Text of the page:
An obscure sandstone alcove - a cavelet, if you will - along a Hocking County, Ohio lane. I stop here every few years to check on its rare inhabitant. As fate would have it, that was last Saturday. To seek our quarry, we must go over and peer into the deepest recess of this large overhang - middle of the photo, just right of center.

Yes! There it is, hanging from the ceiling just as its done for many decades and probably far longer. The stalactitic growth is the very rare Appalachian Filmy Fern, Trichomanes boschianum. This patch has been known for far longer than I've been into plants, and who knows how long it has occupied this perpetually dim niche before it was discovered. The few and widely scattered populations of this curious fern are thought to be very old in most cases.

The fronds are quite beautiful upon close inspection, but such inspection takes a bit of work. Very little light penetrates back to the area occupied by the fern, and one could easily glance into its alco…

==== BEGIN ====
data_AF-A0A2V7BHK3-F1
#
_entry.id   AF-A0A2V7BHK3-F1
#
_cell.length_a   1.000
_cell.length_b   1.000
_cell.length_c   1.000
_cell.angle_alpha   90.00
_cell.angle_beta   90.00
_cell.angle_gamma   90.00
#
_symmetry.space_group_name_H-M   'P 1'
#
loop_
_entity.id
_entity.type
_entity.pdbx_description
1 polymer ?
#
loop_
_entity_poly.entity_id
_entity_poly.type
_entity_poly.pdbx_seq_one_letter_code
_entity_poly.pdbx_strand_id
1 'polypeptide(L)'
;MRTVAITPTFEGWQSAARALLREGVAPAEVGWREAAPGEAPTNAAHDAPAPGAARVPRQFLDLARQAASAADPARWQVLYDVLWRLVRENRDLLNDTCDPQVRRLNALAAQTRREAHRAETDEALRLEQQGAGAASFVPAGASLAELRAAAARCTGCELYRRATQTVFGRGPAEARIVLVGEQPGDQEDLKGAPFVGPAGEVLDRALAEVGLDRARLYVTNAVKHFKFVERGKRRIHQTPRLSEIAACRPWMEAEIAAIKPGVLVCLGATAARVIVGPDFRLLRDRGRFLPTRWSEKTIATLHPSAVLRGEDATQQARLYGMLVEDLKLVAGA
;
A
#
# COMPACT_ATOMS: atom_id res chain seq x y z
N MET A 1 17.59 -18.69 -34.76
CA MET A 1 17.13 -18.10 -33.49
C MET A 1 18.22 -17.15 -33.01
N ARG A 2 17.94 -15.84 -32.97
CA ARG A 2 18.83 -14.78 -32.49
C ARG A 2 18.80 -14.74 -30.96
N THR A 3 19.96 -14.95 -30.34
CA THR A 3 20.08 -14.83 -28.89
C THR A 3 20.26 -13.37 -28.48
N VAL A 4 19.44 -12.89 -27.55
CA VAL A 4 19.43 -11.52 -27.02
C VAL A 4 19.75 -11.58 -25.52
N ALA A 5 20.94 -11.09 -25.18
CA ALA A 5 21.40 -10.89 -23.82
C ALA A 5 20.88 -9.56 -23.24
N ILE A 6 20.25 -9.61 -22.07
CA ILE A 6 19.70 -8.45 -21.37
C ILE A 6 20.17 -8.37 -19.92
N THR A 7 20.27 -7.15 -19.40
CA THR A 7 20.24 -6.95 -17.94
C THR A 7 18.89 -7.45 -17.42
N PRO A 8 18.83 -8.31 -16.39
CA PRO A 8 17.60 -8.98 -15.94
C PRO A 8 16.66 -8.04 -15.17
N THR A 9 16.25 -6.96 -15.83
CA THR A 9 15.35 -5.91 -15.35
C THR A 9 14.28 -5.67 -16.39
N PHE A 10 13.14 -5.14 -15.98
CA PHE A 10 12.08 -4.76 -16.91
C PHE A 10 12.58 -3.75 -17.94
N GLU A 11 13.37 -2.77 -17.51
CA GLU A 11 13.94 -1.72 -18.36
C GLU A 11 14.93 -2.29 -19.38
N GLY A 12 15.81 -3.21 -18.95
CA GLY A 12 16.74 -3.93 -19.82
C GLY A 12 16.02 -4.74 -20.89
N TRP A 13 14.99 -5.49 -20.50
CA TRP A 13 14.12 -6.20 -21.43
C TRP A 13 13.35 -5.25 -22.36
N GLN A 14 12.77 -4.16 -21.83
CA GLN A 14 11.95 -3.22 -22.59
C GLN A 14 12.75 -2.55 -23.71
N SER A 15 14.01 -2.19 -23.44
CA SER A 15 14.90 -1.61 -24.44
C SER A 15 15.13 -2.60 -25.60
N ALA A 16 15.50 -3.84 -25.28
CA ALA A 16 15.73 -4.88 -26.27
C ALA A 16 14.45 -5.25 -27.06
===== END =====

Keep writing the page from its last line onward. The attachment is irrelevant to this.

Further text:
Huron, on Lake Erie, is a bird-watcher's paradise

Huron, on Lake Erie, is a bird-watcher's paradise
COLUMBUS DISPATCH
December 6, 2015

NATURE
Jim McCormac

HURON, Ohio — I recently traveled to the Lake Erie town of Huron, population 7,000. Huron, which was voted one of “America’s Coolest Small Towns” for 2015 by Budget Travel magazine, is the epicenter of Erie County bird-watching.

Our second-smallest county is probably best-known as the birthplace of Thomas Alva Edison and the home of Cedar Point. It also hosts a remarkable suite of Lake Erie bird-watching hot spots.

Bookending Huron is Old Woman Creek National Estuarine Research Reserve and Sheldon Marsh State Nature Preserve. Three miles downstream on the Huron River is another state nature preserve, DuPont Marsh.

My destination was yet another hot spot, the municipal pier at the confluence of the Huron River and Lake Erie in the middle of town. The half-mile-long pier’s terminus puts observers in a fantastic location to spot birds.

November and December brings the most birds to …